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Hi, I am trying to compile a module for 2.6.12 kernel and I have reached at a dead-end: Let's say my module is my_module.c. I have included it in /usr/src/linux/drivers/my_module/my_module.c ...
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  1. #1
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    Kernel Module Programming


    Hi,

    I am trying to compile a module for 2.6.12 kernel and I have reached at a dead-end:

    Let's say my module is my_module.c.
    I have included it in /usr/src/linux/drivers/my_module/my_module.c
    and successfully edited Kconfig and Makefile.

    When I type make menuconfig, my module, appears correctly on "Graphics Drivers" Menu, and I select it as in-built (*).

    Afterwards, I type make, and the compilation process starts.
    My module, compiles smoothly, without any error and the image is ready.

    The problem is that when I boot the new kernel, my module IS NOT loaded, as it should be, and I can load it only with modprobe or insmod.
    dmessg does not have any error message or initialization message for my module.

    What does go wrong?

    Thanks in advance !
    Last edited by mvictoras; 10-09-2006 at 02:58 PM. Reason: Wrong title

  2. #2
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    Google on "load modules at boot time"

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    As I said, I recompiled the kernel, and selected the module as build-in.

    If I am not mistaken, this means that I do not have to load it at boot time with /etc/modules(.conf) (This is the main reason I selected it as build-in and not as a module)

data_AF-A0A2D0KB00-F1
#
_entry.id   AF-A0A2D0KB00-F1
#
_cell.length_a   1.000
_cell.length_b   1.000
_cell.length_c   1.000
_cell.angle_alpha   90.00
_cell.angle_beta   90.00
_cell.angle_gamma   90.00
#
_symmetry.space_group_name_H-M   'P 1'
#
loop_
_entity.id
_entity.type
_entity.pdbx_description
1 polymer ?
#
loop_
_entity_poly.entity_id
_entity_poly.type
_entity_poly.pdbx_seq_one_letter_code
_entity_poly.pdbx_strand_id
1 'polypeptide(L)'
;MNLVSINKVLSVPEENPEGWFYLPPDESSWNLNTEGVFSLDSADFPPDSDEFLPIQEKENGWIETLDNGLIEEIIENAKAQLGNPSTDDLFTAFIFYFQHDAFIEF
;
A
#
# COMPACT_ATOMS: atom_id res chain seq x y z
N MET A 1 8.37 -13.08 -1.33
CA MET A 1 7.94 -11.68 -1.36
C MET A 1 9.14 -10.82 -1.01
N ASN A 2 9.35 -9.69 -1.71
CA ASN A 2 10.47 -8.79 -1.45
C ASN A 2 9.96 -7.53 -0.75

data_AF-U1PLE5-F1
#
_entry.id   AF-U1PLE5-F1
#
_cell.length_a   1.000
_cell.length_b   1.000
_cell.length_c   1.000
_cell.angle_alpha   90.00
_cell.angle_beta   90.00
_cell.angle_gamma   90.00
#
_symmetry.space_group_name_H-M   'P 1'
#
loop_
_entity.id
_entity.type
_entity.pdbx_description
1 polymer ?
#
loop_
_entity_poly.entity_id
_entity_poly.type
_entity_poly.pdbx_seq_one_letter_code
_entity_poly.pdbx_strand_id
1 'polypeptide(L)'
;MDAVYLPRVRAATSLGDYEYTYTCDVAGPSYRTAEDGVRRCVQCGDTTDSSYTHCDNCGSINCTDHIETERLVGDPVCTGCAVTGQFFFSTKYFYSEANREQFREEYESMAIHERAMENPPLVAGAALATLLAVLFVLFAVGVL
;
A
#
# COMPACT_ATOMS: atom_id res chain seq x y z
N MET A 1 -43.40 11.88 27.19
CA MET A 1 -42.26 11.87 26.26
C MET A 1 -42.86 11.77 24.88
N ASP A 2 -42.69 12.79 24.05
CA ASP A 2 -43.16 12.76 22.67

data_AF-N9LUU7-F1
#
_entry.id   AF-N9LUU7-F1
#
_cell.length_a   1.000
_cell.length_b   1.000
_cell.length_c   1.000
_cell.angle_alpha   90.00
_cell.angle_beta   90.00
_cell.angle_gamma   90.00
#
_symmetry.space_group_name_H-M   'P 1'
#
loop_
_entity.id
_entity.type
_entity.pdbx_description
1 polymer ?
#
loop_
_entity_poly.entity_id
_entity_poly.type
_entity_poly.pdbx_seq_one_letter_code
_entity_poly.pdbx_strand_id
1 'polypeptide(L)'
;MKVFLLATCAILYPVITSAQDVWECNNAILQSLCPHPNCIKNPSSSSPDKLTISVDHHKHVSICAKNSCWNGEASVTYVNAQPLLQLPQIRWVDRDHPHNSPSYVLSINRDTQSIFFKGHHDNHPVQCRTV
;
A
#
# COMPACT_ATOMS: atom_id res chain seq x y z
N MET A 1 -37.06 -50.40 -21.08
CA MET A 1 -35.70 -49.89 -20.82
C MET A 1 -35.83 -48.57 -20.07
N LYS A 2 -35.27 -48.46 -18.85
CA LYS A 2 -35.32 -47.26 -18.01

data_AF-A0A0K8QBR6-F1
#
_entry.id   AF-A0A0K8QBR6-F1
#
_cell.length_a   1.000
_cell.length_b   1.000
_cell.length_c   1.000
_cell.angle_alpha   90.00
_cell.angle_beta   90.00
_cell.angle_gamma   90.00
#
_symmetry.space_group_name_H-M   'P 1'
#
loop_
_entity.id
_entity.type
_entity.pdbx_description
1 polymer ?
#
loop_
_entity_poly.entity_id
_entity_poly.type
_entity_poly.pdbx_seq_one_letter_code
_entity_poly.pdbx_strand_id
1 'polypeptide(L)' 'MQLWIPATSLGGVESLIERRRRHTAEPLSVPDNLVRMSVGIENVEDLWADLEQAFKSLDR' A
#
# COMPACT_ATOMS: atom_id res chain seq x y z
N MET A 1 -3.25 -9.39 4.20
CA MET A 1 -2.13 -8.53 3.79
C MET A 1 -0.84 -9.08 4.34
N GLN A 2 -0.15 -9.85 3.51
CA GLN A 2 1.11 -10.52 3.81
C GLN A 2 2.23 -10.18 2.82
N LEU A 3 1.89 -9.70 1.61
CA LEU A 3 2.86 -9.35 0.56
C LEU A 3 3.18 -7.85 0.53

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    If you could let me know your .config file then we could have a look on it and let you know what exactly has happened and how to solve it.

  6. #5
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    It's not necessary to link modules statically anymore these days, use Loadable Kernel Modules.
    If you can do it in user space, you should do it in user space. Since modules run in kernel module they can corrupt kernel structures if they are not careful.

  7. #6
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    Quote Originally Posted by Franklin52
    It's not necessary to link modules statically anymore these days, use Loadable Kernel Modules
    That's not the point IMHO. Most of the drivers and file systems can be statically included into the kernel. In fact, the main file system (ext3fs for example) should be statically linked for a better performance. Other drivers and file systems (iso9660) are also included bu default in most of the distributions.

    Quote Originally Posted by Franklin52
    If you can do it in user space, you should do it in user space. Since modules run in kernel module they can corrupt kernel structures if they are not careful.
    Completely agree. But it is a driver and it needs to access some kernel data structures and probably map certain memory regions from the inside... I think the only way is to write a module (however if it were a file system I would recommend to use FUSE)

    Best Regards

  8. #7
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    Quote Originally Posted by fernape
    That's not the point IMHO. Most of the drivers and file systems can be statically included into the kernel. In fact, the main file system (ext3fs for example) should be statically linked for a better performance. Other drivers and file systems (iso9660) are also included bu default in most of the distributions.
    Sure, it's common to include file systems, drivers or some programs into the kernel for a better performance.
    What i'm trying to make clear is that it's not necesarry to load most of other stuff statically.

    Regards

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